Founder of Mesaba Airlines Dies at 93

Gordon Newstrom, the Grand Rapids aviation pioneer who founded Mesaba Airlines, died Sunday of leukemia. He was 93.

"He was a legend," his brother, Don Newstrom, said Tuesday.

Gordon Newstrom began the company as Mesaba Aviation in 1944 in Coleraine with one plane that shuttled Blandin Paper Co. employees to the Twin Cities. "Gordy started out with about $500 and a J3 Cub... and it grew and grew and grew," his brother said.

Mesaba is the eighth-largest regional airline in the United states, with service to more than 100 cities. Newstrom sold the company to the Halverson family of Duluth. It is now owned by Mair Holdings and operates as a Northwest Airlines Airlink affiliate.

When Gordon Newstrom was about 16 "he was just obsessed with learning to fly," Don Newstrom said.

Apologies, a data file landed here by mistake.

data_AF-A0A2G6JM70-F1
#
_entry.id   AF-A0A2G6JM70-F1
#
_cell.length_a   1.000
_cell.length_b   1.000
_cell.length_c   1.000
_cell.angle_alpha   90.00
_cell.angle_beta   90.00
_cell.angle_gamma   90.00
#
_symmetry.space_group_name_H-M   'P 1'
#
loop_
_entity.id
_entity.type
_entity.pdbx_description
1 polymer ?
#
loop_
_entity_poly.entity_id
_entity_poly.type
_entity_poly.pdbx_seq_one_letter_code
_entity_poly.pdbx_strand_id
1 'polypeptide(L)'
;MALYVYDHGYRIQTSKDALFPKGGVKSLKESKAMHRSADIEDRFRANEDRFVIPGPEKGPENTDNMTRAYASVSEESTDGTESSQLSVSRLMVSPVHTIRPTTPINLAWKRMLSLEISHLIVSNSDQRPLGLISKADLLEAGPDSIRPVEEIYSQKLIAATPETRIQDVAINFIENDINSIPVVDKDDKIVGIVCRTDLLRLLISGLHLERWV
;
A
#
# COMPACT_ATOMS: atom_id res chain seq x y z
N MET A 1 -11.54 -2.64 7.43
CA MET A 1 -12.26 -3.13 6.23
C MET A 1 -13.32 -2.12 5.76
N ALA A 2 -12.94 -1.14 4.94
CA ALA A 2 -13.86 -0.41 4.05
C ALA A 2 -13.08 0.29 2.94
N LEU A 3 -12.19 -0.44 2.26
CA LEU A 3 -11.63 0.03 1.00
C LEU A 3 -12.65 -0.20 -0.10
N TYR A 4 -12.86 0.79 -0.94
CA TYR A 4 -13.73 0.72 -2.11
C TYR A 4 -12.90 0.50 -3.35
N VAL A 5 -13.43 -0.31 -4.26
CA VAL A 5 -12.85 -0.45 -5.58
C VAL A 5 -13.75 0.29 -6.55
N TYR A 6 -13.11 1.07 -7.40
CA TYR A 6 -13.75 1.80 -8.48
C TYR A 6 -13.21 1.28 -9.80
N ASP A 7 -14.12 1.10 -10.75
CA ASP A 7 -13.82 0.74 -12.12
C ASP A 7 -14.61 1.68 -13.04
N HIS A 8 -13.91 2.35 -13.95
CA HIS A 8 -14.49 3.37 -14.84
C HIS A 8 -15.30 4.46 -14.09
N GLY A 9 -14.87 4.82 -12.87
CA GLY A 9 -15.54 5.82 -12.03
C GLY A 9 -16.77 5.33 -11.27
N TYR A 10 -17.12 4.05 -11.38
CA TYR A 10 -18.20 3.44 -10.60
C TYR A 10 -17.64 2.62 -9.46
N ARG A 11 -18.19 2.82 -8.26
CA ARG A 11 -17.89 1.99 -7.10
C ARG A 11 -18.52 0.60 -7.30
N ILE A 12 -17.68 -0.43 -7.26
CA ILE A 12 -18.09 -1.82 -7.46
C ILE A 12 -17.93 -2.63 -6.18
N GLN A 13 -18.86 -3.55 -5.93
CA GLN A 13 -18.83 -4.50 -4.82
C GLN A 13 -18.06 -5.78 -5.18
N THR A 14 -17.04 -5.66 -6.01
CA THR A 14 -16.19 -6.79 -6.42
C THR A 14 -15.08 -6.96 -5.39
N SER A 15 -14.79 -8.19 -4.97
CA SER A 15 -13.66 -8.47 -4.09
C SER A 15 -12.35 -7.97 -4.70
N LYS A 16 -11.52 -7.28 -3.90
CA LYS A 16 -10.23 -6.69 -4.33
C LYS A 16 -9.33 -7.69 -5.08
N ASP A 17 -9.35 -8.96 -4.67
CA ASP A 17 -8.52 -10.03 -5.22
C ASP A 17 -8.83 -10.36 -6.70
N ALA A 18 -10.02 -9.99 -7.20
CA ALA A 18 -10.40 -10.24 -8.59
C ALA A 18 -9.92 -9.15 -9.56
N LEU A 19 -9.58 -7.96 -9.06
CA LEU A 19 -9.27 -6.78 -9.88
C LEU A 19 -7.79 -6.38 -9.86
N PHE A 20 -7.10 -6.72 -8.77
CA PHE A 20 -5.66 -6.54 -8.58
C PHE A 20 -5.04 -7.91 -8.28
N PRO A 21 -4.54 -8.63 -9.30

World War II provided him the opportunity. With just 50 hours of flight time under his belt, he was training Navy cadets to fly in the war.

He flew so much that he stopped logging his time. "Gordy quit keeping track of his hours at about 40,000," Don Newstrom said. "He spent a lot of time in the air."

Newstrom was a flight instructor at the Grand Rapids airfield that now bears his name. He also was considered one of Minnesota's premiere float flying instructors and wrote a book, "Fly a Seaplane," which sold about 10,000 copies.

He worked with U.S. Rep. Jim Oberstar to promote aviation as well, Don Newstrom said. "He was very aggressive. If the city needed money for the airport, he'd go after it," he said.

In 1995, Gordon Newstrom was inducted into the Minnesota Aviation Hall of Fame. An active and well-liked member of the community, he was named Grand Rapids Citizen of the Year in 1966.

He was preceded in death by his wife, Sylvia, and children. Their daughter, Marsha Lynn, died as a child. Their son, Keith, was pilot of a charter plane that disappeared in Alaska in 1984 and was never found. He is survived by his brother, nieces, nephews and cousins.

Funeral services are scheduled at 11 a.m. Friday at Zion Evangelical Lutheran Church in Grand Rapids.

Duluth News Tribune


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